An information campaign to make people aware of changes to the Electoral Register and the steps they should take, will be an important part of any proposed reform, a Fine Gael Senator has said.
John Cummins, member of the Oireachtas Committee on Housing, Local Government and Heritage, was speaking as pre legislative scrutiny began on the Electoral Reform Bill.
The General Scheme of the Bill seeks to establish a statutory permanent Electoral Commission, modernise the Register of Electors, regulate Online Political Advertising during elections and the Holding of Elections during a Covid-19 type event.
Senator Cummins, Fine Gael Seanad spokesperson on Housing, Heritage & Local Government said, “The modernisation of the Electoral Register will see the simplification of forms and the registration process, including an online option, a rolling (continuously updated) register, and a move to a single, national Electoral Register.
“I welcome the proposed introduction of a system for anonymous registration for victims of domestic abuse, and would also welcome the intention to have a pre-enrolment of 16 and 17 year olds so that they are automatically on the register when they turn 18.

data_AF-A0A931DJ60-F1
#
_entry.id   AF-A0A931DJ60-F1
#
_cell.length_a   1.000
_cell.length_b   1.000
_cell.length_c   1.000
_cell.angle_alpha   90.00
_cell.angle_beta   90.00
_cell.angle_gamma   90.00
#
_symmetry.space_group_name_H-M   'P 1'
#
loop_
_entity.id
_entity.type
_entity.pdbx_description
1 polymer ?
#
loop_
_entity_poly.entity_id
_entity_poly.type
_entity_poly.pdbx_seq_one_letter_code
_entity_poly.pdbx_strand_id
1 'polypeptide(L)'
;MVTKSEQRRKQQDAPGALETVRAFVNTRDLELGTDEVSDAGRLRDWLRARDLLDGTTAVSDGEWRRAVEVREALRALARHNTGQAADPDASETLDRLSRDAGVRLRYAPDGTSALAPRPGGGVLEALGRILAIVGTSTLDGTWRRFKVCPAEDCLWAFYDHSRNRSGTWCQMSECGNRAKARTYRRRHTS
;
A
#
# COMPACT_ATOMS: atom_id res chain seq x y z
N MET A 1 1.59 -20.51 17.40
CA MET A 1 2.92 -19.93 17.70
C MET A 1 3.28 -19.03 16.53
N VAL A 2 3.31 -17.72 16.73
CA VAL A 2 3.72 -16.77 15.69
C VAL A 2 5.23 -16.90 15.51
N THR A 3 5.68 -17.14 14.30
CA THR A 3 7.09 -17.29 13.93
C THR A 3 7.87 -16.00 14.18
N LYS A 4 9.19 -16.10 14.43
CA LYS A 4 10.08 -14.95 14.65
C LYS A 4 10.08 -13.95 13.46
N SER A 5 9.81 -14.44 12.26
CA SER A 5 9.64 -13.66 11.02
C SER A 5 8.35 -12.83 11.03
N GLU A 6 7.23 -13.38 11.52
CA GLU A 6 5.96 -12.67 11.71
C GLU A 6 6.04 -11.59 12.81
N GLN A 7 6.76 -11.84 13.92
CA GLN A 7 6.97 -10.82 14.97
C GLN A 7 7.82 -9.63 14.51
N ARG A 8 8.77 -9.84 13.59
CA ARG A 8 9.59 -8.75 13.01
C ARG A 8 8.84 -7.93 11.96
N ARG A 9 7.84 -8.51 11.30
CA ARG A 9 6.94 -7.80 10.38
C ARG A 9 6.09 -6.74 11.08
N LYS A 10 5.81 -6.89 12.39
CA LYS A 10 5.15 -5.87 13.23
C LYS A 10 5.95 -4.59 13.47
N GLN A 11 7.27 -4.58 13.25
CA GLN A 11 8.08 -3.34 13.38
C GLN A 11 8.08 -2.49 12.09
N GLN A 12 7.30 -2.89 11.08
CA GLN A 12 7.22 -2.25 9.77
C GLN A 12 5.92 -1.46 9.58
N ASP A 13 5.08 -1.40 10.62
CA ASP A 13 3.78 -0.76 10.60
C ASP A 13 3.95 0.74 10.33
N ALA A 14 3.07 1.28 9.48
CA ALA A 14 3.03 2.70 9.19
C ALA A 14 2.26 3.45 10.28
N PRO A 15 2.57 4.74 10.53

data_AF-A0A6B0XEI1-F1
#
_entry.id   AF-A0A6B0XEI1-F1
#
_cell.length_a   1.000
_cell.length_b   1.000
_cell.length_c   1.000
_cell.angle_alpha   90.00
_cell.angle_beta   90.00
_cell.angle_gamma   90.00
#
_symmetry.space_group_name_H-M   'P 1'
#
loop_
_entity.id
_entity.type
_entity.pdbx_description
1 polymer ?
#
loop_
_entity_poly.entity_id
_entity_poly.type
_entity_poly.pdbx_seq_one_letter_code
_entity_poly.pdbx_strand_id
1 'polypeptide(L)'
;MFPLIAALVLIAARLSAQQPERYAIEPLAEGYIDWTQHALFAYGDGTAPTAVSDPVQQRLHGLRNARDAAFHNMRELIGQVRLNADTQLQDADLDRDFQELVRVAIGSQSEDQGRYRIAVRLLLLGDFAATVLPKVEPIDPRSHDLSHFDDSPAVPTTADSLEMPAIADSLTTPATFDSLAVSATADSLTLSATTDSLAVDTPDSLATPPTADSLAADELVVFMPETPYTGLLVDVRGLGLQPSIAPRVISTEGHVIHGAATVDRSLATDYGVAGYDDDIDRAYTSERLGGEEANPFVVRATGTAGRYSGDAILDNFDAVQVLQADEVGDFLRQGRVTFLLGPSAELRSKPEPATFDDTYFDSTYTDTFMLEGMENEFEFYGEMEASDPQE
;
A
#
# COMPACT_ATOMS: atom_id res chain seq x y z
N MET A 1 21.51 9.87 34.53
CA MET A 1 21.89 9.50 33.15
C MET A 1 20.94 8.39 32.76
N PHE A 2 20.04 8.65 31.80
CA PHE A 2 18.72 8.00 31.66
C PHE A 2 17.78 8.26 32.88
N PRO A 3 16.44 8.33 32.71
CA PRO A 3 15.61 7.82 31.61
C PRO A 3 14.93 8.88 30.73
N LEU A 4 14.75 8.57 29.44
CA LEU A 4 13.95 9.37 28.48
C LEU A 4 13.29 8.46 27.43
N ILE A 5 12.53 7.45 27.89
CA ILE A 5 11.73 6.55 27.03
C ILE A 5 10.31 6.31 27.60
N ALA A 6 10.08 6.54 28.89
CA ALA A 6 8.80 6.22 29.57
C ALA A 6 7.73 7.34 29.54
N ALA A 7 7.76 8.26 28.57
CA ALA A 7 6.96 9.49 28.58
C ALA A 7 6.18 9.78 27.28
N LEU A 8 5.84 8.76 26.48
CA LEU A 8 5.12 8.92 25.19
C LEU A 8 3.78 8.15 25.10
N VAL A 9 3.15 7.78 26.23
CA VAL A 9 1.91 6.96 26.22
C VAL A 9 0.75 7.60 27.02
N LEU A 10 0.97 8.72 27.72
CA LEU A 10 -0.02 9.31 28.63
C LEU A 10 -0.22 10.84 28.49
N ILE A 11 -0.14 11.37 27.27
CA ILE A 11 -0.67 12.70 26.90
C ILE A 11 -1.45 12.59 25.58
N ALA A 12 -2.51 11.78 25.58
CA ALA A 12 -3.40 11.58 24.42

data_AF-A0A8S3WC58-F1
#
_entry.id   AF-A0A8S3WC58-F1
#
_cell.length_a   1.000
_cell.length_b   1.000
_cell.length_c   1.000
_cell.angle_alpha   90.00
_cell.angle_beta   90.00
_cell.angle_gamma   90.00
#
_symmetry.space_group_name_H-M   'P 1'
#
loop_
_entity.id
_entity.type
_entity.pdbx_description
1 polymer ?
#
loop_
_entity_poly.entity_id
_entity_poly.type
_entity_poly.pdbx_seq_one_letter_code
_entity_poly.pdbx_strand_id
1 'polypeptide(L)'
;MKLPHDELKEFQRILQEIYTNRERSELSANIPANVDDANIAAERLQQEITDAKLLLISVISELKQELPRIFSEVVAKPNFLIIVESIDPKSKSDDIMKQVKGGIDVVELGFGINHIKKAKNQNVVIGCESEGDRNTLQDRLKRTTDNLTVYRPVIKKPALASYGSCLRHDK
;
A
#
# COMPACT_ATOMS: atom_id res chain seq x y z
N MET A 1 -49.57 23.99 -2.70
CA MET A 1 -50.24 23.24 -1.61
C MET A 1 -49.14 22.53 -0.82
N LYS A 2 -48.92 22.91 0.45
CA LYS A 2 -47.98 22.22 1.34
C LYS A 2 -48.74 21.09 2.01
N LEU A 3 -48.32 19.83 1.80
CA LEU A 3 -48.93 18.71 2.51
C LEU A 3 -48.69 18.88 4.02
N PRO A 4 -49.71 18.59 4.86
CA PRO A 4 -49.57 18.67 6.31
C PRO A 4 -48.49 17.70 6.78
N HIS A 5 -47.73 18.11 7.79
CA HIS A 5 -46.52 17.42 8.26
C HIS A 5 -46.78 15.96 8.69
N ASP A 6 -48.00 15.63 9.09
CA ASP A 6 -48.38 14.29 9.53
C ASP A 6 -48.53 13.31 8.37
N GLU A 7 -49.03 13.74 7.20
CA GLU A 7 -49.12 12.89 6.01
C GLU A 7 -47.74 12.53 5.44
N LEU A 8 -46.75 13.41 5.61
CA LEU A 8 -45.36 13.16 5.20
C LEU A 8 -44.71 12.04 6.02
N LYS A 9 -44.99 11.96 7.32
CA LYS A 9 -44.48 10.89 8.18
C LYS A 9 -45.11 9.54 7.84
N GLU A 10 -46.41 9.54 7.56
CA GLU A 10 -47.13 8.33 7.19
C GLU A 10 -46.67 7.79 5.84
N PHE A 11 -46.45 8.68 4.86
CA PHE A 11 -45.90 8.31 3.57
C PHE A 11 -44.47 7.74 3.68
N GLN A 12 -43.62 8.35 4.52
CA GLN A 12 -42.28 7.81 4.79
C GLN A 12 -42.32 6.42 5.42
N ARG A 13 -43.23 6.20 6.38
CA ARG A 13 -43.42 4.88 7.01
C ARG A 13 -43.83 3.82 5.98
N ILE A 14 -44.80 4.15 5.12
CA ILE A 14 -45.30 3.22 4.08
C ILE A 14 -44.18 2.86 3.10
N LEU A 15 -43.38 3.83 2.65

“Discrepancies exist in our current Register of Electors, where individuals on it are deceased, many more are registered at multiple addresses in different counties and in some cases the same county.
“At today’s committee meeting, I asked how requirements under the new legislation would be married with the existing register and if an attempt will be made to marry names and addresses with data from other State Agencies prior to removing someone from the register.
“I was informed by Department Officials that the General Scheme of the Bill provides for three documented attempts with an individual before they are removed from the register and it will covered by a large scale awareness campaign to make sure people are aware of what is happening.
“The General Scheme also provides for data sharing for the purpose of updating and maintaining the electoral register and that would include sharing data between local authorities, and that the information that would be shared would be minimal and would have to comply with GDPR.
“I would suggest that while every effort should be made to marry the existing register with data held by other state agencies, the presence of individuals on the new centralised rolling register should only be maintained for a grace period if evidence cannot be cross referenced that an individual lives at a particular address.
“I would also hope that a provision could be made that a person is automatically removed from the register when they pass away. This is a matter that can cause great distress for families where polling cards are sent out to deceased individuals and worse still a deceased individual is called for Jury Duty,” Senator Cummins concluded.